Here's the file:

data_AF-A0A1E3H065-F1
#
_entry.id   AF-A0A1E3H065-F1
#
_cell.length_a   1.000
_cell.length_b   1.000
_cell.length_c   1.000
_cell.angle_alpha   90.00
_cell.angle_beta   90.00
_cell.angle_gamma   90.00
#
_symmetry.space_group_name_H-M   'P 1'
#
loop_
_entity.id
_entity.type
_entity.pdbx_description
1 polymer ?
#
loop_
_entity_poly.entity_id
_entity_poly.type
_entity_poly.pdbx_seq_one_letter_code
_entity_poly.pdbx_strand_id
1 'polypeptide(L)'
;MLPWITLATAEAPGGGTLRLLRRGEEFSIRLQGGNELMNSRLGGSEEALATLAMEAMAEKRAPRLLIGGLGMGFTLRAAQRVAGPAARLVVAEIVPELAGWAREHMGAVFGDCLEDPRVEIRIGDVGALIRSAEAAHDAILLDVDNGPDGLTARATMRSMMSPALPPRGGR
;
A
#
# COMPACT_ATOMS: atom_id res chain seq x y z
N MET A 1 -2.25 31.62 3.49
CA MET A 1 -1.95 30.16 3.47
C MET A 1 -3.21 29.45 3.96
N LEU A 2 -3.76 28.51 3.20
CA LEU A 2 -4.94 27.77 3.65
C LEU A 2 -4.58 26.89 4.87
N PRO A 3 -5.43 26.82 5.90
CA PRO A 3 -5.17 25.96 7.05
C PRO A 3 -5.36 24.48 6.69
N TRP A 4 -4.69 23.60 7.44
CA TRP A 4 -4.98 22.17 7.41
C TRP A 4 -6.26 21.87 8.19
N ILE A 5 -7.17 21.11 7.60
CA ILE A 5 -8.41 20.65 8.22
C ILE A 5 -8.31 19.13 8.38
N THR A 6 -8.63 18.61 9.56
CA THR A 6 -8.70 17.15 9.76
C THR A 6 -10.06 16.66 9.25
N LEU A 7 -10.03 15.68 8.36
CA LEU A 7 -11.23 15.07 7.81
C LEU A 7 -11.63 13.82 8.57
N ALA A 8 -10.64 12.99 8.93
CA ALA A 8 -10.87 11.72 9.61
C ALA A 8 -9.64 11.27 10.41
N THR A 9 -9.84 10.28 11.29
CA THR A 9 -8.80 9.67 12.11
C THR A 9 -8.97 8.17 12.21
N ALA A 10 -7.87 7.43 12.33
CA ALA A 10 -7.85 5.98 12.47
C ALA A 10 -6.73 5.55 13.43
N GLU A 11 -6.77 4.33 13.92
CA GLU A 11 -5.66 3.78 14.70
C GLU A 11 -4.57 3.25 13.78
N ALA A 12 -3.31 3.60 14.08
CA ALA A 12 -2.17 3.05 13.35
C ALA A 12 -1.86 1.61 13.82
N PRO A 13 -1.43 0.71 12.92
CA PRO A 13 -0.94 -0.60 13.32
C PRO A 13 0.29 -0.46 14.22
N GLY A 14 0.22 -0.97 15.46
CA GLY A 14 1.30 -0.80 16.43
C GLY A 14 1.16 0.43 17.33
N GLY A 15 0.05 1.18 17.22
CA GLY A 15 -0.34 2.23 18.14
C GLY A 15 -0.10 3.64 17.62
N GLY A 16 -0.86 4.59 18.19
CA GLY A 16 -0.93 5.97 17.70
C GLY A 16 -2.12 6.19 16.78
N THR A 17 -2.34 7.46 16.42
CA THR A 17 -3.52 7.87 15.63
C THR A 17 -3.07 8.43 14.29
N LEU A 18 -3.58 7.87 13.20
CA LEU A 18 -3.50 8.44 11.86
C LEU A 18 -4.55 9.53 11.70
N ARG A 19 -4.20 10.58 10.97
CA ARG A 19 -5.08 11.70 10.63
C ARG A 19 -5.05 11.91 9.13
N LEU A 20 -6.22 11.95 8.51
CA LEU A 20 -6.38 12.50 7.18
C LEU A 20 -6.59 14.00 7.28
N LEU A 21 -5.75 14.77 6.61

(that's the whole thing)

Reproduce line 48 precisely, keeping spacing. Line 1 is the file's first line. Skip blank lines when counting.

C THR A 6 -10.06 16.66 9.25